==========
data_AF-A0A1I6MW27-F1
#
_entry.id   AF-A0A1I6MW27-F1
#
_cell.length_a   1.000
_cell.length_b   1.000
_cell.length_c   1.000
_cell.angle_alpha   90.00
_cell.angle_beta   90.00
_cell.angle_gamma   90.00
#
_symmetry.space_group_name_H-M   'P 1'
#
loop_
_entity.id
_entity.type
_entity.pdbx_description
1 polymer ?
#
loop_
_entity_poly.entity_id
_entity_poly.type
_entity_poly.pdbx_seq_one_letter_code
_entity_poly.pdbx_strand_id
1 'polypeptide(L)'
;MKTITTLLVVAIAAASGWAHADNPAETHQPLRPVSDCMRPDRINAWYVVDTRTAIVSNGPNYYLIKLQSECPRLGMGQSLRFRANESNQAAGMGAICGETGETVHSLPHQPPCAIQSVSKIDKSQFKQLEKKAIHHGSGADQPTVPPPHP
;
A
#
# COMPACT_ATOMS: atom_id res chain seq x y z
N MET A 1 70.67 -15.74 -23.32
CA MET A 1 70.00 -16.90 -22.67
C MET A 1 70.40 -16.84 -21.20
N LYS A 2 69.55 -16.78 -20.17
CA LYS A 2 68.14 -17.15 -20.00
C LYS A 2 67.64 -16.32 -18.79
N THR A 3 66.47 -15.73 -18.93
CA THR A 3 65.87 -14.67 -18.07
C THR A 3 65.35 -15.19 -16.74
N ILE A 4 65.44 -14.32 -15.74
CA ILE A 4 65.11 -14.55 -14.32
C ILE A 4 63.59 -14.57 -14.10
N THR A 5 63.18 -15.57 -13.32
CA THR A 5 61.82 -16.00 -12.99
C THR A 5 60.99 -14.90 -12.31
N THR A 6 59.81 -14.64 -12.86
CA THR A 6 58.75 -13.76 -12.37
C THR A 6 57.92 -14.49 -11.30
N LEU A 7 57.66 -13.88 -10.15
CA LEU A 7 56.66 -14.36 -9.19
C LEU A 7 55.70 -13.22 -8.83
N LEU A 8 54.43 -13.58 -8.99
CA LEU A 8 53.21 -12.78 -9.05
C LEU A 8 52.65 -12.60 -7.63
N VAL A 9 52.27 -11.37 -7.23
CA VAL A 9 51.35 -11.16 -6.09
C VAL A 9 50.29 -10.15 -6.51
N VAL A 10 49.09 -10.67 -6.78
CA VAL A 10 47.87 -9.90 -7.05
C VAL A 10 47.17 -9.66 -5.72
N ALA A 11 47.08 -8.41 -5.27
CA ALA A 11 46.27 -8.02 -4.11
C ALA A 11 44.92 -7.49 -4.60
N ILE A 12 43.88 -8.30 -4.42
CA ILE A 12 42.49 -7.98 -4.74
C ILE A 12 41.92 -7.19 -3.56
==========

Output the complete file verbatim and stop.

data_AF-A0A1I6MW27-F1
#
_entry.id   AF-A0A1I6MW27-F1
#
_cell.length_a   1.000
_cell.length_b   1.000
_cell.length_c   1.000
_cell.angle_alpha   90.00
_cell.angle_beta   90.00
_cell.angle_gamma   90.00
#
_symmetry.space_group_name_H-M   'P 1'
#
loop_
_entity.id
_entity.type
_entity.pdbx_description
1 polymer ?
#
loop_
_entity_poly.entity_id
_entity_poly.type
_entity_poly.pdbx_seq_one_letter_code
_entity_poly.pdbx_strand_id
1 'polypeptide(L)'
;MKTITTLLVVAIAAASGWAHADNPAETHQPLRPVSDCMRPDRINAWYVVDTRTAIVSNGPNYYLIKLQSECPRLGMGQSLRFRANESNQAAGMGAICGETGETVHSLPHQPPCAIQSVSKIDKSQFKQLEKKAIHHGSGADQPTVPPPHP
;
A
#
# COMPACT_ATOMS: atom_id res chain seq x y z
N MET A 1 70.67 -15.74 -23.32
CA MET A 1 70.00 -16.90 -22.67
C MET A 1 70.40 -16.84 -21.20
N LYS A 2 69.55 -16.78 -20.17
CA LYS A 2 68.14 -17.15 -20.00
C LYS A 2 67.64 -16.32 -18.79
N THR A 3 66.47 -15.73 -18.93
CA THR A 3 65.87 -14.67 -18.07
C THR A 3 65.35 -15.19 -16.74
N ILE A 4 65.44 -14.32 -15.74
CA ILE A 4 65.11 -14.55 -14.32
C ILE A 4 63.59 -14.57 -14.10
N THR A 5 63.18 -15.57 -13.32
CA THR A 5 61.82 -16.00 -12.99
C THR A 5 60.99 -14.90 -12.31
N THR A 6 59.81 -14.64 -12.86
CA THR A 6 58.75 -13.76 -12.37
C THR A 6 57.92 -14.49 -11.30
N LEU A 7 57.66 -13.88 -10.15
CA LEU A 7 56.66 -14.36 -9.19
C LEU A 7 55.70 -13.22 -8.83
N LEU A 8 54.43 -13.58 -8.99
CA LEU A 8 53.21 -12.78 -9.05
C LEU A 8 52.65 -12.60 -7.63
N VAL A 9 52.27 -11.37 -7.23
CA VAL A 9 51.35 -11.16 -6.09
C VAL A 9 50.29 -10.15 -6.51
N VAL A 10 49.09 -10.67 -6.78
CA VAL A 10 47.87 -9.90 -7.05
C VAL A 10 47.17 -9.66 -5.72
N ALA A 11 47.08 -8.41 -5.27
CA ALA A 11 46.27 -8.02 -4.11
C ALA A 11 44.92 -7.49 -4.60
N ILE A 12 43.88 -8.30 -4.42
CA ILE A 12 42.49 -7.98 -4.74
C ILE A 12 41.92 -7.19 -3.56